Tim Walden: She’s on a case by case.

Allison Tyler Jones: Like project based.

Tim Walden: Yeah, project based. We bring her in and she’s coming in tomorrow for some more training on some other things. We spent a lot of time brainstorming, and I involve her in decisions that probably don’t have to, but when people take ownership of something, they feel respected and loved and you treasure them. They bring up perspective that can help you. And so we involve her in a lot of things. But on a session side, we don’t do that many sessions. We’re very low volume, so we might do one a week on a yearly average. I mean, because we’re not doing huge numbers. And she’s probably involved right now in about 50% of those, which is-

Allison Tyler Jones: Yeah, No that’s great. Yeah, no, that’s great. So she’s helping them get… She’s coming in that consultation. She’s in on basically mostly the clothing side of it, like the pallets and how I’m imagining also the style. Is it going to be formal? Is it going to be casual? How’s that going to look? And then photographing their walls and helping them figure out where things are going to go. So then you have the right photos that you need.

Tim Walden: Absolutely. I will say we’re finding that one of the transitions that we’re seeing more and more, and it’s not really a plan, but with our color work is we’re going more and more formal because it really is one of those things that I think separate us that much more. And if I had to look back and say, what have you done right? What have you done, I don’t want to say wrong, but where have you missed the mark?

Tim Walden: I think our color work was where we missed the mark early on, and it was self-propelled itself. And the fact that it became where we threw everything that didn’t fit into a relationship portrait, and then eventually a Bovasas painting, those two were narrow. And then it’s like, oh, well color. We’ll do something here. We’ll go outside. We’ll do casual, we’ll do formal. And I find that we’re fixing that and she’s part of that fix.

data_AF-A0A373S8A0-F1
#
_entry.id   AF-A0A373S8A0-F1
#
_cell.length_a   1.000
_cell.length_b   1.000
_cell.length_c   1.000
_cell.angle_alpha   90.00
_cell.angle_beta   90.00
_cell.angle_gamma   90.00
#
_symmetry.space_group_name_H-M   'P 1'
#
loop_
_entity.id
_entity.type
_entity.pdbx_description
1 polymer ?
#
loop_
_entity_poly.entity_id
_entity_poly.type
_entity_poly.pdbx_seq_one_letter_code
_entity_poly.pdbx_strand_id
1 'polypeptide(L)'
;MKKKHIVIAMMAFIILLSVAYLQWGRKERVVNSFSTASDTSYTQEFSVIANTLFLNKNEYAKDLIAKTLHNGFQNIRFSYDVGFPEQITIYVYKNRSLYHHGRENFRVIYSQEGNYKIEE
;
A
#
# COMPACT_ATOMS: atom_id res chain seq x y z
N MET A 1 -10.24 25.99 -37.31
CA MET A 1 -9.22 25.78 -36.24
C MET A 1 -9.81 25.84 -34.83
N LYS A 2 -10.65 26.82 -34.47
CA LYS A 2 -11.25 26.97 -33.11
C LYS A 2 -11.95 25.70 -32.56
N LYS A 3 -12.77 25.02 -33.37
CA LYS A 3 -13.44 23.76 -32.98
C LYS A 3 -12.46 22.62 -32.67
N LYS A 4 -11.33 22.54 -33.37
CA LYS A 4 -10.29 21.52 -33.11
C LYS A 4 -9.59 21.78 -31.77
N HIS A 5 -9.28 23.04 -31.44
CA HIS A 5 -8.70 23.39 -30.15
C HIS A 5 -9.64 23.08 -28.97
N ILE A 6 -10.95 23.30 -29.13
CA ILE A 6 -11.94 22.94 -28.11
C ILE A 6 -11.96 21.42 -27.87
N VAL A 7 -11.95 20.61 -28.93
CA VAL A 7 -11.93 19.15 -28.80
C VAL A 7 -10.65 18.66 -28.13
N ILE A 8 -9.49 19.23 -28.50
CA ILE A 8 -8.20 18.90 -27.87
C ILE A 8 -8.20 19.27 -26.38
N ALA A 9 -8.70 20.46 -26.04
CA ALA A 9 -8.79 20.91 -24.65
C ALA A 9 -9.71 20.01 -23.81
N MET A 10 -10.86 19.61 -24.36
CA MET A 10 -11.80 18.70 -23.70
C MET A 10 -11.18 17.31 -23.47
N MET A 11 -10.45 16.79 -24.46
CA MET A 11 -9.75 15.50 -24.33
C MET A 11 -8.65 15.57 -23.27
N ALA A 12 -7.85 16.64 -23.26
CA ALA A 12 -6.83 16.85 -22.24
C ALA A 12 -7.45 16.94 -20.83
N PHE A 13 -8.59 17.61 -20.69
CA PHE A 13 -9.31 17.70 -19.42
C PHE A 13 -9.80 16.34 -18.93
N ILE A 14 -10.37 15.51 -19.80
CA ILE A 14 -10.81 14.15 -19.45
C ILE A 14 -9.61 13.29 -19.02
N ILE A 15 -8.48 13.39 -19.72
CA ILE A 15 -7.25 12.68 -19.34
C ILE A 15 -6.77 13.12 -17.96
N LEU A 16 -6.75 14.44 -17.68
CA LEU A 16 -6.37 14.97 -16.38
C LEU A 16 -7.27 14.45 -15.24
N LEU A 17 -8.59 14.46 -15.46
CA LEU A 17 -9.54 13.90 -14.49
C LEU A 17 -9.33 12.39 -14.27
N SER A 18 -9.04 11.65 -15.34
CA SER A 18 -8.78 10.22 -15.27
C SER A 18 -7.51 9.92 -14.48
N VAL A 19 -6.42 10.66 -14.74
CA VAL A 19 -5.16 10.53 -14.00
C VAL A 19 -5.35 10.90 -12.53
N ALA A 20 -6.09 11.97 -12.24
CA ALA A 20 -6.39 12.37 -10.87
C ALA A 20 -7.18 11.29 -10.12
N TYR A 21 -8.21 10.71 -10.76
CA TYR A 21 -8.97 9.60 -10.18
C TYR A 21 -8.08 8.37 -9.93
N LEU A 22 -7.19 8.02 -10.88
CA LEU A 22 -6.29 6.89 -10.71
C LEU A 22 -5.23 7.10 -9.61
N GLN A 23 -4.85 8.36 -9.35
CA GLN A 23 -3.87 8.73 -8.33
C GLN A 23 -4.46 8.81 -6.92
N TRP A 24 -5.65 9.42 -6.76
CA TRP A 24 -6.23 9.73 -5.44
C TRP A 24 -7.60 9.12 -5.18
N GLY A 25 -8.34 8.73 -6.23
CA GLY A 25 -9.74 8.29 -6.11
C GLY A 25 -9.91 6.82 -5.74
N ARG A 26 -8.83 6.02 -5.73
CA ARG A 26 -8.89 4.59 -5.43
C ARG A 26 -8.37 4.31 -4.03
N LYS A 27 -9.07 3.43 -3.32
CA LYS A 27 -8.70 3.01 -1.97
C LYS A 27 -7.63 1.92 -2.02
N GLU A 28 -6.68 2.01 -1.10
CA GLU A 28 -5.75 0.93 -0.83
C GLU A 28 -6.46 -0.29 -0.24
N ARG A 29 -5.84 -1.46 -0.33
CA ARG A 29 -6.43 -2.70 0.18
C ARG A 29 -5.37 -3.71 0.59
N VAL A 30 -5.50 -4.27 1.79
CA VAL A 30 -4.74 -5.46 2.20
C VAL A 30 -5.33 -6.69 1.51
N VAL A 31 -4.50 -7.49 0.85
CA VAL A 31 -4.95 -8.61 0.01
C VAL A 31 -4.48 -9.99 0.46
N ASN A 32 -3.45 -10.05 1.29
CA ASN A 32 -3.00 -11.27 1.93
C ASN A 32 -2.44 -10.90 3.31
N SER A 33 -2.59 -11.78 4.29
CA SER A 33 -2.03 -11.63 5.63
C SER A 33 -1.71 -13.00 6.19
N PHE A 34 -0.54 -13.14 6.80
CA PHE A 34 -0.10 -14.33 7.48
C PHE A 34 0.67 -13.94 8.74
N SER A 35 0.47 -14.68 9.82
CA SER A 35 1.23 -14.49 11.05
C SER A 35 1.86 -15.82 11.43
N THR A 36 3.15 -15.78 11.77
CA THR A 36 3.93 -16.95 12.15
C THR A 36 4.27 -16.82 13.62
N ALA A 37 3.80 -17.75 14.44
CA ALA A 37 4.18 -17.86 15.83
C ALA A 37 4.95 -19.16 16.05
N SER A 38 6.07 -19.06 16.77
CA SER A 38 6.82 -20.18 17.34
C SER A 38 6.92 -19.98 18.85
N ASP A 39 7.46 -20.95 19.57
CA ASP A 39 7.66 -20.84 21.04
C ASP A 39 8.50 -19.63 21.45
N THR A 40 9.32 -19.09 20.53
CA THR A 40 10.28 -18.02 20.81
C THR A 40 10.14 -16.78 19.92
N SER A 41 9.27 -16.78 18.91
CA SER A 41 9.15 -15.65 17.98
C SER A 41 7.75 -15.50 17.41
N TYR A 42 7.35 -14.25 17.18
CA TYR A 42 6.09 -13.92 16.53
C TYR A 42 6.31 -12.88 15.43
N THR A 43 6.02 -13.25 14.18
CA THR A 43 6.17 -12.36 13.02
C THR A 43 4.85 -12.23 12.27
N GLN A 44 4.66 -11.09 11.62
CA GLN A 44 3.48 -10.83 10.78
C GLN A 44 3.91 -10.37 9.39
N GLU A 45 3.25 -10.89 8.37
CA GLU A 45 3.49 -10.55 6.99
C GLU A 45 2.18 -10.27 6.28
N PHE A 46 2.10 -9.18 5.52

Tim Walden: And used to it be like, we can find something for you to wear in your closet. Now we don’t do that anymore. It’s like, if you need to buy something, let’s buy something. And I thought that when people make investments of their time and their money and their energy, all those things leading up to it, even though we want to soften the amount of that, but if they’re willing to do those type of things, then they’re willing to invest money in their portraits.

Allison Tyler Jones: Yeah. Well, because they are in the truest sense of the word invested in it.

Tim Walden: Yes, they are. And sometimes we think wrong. It’s like, I’m going to save them some money so they can spend some money. But I don’t know that at the top level of client base, that’s the way we think. So a more formal approach to our color work, and of course we’re working very tight with color palettes now. We’re working in color palettes. We’ve used those to help us perfect our style to find that color style a little bit more. So it’s not a catch all.

Tim Walden: And I can’t tell you that. Oh, three years ago I sat down and said, yeah, this is what I need to do to fix this problem. I’m not that smart. It was like, “How am I going to fix this? Well, let’s try that and let’s try this.” And you sit down, you roll up your sleeves, you make the plan, you fix the plan. As you go, it morphs and you’re like, “Wow, this is how I do that.”